Office based exercises
These exercises can help keep your back and neck pain free when working at a desk. Our bodies are not setup to stay in these positions for long periods of time, but we know that when work calls you have to answer.
- There is no such thing as the right posture.
- The best posture is your next posture - So keep moving.
- Having different postural changes throughout the day is good
With people with desk related back pain they struggle to active divide movement throughout their spine. Typically, the neck and lower back are used in daily movements and the mid thoracic spine becomes stiff.
Pain is normally felt in the neck or lower back but this area becomes a main dive for over use or poor loading of the mid and lower back. It's really important to be able to actively move this area of the back. Sometime our will feel a click or a popping sound doing this movement; this is normal but encouraged as a solution to any pain.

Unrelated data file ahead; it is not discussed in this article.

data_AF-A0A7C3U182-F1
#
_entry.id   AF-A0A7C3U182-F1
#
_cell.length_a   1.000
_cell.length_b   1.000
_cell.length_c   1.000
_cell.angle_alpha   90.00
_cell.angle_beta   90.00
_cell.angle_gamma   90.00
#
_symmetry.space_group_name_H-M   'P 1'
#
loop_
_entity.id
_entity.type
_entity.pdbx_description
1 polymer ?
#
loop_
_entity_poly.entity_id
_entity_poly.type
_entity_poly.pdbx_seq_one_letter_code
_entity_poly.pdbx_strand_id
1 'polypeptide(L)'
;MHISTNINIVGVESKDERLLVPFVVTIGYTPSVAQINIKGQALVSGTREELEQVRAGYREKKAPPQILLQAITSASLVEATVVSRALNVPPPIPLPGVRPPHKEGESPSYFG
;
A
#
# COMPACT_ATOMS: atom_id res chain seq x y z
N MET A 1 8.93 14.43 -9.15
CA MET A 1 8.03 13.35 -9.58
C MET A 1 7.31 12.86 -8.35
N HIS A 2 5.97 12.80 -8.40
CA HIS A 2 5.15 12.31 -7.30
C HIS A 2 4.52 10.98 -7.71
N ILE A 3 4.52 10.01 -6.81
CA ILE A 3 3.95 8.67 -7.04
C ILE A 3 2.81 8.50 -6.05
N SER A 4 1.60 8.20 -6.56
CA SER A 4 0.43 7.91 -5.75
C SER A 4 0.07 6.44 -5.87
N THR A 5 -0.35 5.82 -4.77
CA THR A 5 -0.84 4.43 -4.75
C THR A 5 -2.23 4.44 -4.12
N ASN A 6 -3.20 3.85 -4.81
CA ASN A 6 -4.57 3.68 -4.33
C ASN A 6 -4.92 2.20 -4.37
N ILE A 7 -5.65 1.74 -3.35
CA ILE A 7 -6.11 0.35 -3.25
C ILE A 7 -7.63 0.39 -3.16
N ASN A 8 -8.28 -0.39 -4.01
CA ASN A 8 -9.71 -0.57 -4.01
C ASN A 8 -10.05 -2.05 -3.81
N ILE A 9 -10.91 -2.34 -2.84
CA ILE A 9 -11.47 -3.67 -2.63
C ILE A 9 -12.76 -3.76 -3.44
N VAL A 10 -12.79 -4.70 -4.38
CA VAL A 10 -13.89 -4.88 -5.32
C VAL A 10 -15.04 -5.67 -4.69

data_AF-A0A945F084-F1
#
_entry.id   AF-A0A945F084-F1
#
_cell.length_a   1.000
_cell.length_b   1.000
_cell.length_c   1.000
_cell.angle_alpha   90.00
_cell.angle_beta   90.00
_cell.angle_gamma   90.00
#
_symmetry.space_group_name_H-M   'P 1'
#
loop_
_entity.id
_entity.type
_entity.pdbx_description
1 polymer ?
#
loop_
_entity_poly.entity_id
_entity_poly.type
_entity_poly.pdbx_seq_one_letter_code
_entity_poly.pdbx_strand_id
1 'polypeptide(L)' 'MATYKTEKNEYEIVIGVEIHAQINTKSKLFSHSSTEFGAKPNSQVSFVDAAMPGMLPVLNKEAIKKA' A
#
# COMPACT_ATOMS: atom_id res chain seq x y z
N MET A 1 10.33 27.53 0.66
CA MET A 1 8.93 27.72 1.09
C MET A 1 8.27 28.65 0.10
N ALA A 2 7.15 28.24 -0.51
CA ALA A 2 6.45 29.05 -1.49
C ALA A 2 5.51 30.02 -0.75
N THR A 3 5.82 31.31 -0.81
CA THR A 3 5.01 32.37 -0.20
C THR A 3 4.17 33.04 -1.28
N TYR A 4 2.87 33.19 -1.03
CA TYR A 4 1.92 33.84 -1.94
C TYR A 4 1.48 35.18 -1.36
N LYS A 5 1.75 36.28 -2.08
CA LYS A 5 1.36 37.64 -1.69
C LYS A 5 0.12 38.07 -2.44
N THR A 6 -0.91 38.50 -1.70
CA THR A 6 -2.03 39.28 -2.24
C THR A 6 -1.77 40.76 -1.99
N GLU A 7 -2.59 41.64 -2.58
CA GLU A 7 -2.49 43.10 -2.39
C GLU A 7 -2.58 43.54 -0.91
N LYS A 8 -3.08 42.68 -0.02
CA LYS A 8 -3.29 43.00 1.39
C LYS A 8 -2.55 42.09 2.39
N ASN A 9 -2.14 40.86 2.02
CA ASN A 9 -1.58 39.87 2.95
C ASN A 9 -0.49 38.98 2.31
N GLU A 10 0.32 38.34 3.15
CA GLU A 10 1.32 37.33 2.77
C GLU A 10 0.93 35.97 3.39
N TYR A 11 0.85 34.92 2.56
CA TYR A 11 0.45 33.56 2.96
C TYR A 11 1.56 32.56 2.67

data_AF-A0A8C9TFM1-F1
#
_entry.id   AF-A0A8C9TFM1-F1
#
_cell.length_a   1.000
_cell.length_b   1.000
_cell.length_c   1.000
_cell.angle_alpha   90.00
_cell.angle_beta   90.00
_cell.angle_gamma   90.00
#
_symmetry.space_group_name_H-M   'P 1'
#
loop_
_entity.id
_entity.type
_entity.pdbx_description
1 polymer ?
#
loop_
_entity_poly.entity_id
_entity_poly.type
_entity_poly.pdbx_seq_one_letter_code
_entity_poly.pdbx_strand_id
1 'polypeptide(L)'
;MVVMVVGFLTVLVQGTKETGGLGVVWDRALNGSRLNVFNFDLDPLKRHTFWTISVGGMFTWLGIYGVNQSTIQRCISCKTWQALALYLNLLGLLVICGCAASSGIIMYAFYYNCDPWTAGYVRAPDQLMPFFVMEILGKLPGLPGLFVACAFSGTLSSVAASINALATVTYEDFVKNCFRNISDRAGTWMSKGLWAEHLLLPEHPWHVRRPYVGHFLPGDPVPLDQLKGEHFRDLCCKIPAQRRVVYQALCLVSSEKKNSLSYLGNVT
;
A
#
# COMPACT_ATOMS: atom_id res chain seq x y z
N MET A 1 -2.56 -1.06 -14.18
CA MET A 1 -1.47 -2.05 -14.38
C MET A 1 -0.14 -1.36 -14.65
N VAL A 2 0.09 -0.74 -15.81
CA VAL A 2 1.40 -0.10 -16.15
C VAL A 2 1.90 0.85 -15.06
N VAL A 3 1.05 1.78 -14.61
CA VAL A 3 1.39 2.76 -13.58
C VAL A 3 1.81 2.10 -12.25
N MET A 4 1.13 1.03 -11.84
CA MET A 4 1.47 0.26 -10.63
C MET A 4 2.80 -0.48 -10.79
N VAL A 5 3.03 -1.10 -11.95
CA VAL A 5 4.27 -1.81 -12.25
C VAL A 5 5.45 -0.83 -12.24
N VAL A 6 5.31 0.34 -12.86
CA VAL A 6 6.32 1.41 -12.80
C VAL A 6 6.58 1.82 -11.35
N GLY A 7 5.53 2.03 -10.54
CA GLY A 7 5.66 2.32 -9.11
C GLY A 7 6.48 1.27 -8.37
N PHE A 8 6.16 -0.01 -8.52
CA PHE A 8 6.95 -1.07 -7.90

When at our desk we rarely need to raise our arms meaning shoulders can lose a significant amount of mobility in our shoulders. As this progresses shoulders can become rounded forwards and encourage a slouching like posture.
This stretch can be performed in almost any location you can hold on to something fixed. A desk, door frame, sink...
Hip and glute stretch
Considering the hip are 3-Dimensional joints it is important to stretch these muscles in more than one direction using a combination of ‘levers’ to do so. For example in this video you can use your knee and foot to increase the ranges of movement in your hip that can be stretched.
In order maintain mobility in any muscle regular stretching is important. You can achieve this with movement/exercise, foam rolling, massage balls and stretching. Whatever the combination that works for you do keep in mind this isn’t a quick fix. You’ll see changes over 2-3 months